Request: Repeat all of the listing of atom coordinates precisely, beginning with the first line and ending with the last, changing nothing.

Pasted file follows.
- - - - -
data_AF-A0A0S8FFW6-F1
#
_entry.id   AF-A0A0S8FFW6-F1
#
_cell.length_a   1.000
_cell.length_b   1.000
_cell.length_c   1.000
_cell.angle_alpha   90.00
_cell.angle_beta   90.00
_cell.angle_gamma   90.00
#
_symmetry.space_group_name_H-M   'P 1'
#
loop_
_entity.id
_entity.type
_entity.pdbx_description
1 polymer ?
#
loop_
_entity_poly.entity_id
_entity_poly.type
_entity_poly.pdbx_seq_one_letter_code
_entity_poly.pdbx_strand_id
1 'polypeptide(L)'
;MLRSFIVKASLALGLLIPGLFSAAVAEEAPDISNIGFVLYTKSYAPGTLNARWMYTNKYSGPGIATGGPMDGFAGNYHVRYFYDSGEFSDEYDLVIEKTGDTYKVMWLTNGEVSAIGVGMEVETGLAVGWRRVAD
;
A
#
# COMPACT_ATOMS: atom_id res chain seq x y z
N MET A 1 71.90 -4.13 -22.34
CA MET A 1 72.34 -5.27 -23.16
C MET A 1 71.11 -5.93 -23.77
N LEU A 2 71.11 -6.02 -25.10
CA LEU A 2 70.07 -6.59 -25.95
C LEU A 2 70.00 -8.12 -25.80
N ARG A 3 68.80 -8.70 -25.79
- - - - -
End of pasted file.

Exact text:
data_AF-A0A0S8FFW6-F1
#
_entry.id   AF-A0A0S8FFW6-F1
#
_cell.length_a   1.000
_cell.length_b   1.000
_cell.length_c   1.000
_cell.angle_alpha   90.00
_cell.angle_beta   90.00
_cell.angle_gamma   90.00
#
_symmetry.space_group_name_H-M   'P 1'
#
loop_
_entity.id
_entity.type
_entity.pdbx_description
1 polymer ?
#
loop_
_entity_poly.entity_id
_entity_poly.type
_entity_poly.pdbx_seq_one_letter_code
_entity_poly.pdbx_strand_id
1 'polypeptide(L)'
;MLRSFIVKASLALGLLIPGLFSAAVAEEAPDISNIGFVLYTKSYAPGTLNARWMYTNKYSGPGIATGGPMDGFAGNYHVRYFYDSGEFSDEYDLVIEKTGDTYKVMWLTNGEVSAIGVGMEVETGLAVGWRRVAD
;
A
#
# COMPACT_ATOMS: atom_id res chain seq x y z
N MET A 1 71.90 -4.13 -22.34
CA MET A 1 72.34 -5.27 -23.16
C MET A 1 71.11 -5.93 -23.77
N LEU A 2 71.11 -6.02 -25.10
CA LEU A 2 70.07 -6.59 -25.95
C LEU A 2 70.00 -8.12 -25.80
N ARG A 3 68.80 -8.70 -25.79